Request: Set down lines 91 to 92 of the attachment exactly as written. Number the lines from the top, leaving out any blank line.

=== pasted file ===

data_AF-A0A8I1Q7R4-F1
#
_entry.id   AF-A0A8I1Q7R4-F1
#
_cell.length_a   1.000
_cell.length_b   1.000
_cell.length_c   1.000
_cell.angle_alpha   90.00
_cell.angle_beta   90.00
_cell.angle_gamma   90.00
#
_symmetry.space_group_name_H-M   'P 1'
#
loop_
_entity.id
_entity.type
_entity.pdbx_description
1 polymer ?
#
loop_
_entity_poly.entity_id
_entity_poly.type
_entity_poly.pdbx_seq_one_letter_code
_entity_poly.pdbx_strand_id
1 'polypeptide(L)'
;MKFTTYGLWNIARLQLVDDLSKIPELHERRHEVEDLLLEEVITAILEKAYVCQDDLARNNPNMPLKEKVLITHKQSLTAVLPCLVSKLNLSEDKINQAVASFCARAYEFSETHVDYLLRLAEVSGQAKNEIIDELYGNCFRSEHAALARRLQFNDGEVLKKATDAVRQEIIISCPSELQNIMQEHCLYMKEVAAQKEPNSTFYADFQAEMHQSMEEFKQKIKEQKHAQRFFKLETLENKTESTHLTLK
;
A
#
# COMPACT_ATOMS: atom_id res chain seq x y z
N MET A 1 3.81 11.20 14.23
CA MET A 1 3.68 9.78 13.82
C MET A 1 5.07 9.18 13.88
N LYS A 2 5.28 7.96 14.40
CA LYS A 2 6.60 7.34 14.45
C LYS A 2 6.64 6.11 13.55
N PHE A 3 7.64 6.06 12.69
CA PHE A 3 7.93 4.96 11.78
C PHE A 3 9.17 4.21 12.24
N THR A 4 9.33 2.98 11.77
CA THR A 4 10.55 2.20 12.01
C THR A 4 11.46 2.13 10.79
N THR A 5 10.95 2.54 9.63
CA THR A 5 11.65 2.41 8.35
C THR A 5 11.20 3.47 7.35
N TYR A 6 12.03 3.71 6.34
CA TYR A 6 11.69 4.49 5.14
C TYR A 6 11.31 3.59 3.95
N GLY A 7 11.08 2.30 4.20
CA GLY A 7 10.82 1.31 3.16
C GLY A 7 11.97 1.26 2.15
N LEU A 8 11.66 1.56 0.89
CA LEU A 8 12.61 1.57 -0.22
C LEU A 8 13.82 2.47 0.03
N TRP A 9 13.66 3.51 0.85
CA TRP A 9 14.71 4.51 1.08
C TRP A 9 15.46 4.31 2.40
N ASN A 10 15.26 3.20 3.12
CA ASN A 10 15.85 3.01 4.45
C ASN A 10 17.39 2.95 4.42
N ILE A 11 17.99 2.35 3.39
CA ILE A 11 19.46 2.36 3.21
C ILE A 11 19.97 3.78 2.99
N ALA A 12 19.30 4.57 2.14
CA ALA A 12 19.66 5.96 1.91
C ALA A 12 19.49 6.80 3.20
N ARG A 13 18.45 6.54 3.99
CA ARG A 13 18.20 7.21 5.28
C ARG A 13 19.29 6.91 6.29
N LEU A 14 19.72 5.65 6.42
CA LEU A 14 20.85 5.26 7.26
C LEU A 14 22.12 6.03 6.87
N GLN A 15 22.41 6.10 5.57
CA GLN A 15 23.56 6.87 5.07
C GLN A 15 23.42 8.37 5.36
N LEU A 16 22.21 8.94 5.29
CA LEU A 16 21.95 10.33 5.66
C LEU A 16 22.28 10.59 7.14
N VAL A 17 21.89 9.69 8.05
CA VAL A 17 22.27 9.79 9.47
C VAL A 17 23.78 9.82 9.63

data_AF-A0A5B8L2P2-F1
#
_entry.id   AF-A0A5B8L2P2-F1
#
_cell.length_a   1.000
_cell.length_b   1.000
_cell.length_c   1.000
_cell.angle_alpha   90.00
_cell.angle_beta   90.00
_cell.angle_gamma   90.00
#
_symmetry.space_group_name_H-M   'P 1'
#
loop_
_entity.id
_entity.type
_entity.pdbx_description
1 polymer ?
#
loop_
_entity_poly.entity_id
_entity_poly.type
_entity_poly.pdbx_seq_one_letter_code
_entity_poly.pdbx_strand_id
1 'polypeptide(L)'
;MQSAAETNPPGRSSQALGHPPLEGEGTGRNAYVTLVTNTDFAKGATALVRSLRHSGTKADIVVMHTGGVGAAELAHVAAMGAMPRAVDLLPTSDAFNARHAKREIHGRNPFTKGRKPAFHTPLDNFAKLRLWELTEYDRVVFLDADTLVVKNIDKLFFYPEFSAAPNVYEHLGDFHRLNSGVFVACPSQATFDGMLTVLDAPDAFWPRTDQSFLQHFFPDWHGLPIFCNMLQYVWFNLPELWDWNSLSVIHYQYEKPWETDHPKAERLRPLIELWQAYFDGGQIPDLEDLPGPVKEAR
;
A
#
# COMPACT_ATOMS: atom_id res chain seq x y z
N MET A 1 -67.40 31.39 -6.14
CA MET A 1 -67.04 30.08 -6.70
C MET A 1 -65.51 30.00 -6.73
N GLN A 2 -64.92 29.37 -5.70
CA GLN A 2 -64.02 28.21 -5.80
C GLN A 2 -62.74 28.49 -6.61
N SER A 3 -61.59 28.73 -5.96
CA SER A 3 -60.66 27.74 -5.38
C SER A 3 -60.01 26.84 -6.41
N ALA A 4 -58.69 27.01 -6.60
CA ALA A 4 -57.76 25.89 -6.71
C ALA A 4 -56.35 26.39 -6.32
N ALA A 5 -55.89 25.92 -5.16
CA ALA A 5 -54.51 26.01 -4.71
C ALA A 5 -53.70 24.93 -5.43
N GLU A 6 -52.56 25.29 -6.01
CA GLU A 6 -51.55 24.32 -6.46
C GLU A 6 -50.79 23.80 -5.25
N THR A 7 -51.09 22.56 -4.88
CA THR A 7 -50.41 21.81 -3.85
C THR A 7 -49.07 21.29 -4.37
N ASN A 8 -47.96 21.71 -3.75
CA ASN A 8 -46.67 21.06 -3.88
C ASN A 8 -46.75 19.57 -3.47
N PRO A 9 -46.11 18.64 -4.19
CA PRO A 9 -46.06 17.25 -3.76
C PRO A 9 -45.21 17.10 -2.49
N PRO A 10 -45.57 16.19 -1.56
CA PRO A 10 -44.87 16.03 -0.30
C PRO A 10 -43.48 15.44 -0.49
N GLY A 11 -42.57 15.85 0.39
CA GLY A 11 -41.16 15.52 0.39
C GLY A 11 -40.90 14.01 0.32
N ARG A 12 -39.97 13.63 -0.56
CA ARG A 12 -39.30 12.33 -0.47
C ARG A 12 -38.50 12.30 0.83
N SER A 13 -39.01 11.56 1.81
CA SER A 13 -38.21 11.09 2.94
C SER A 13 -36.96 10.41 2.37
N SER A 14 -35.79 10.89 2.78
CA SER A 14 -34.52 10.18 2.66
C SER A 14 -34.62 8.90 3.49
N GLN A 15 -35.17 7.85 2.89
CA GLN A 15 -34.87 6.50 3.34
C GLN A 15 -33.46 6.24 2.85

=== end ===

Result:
_cell.angle_gamma   90.00
#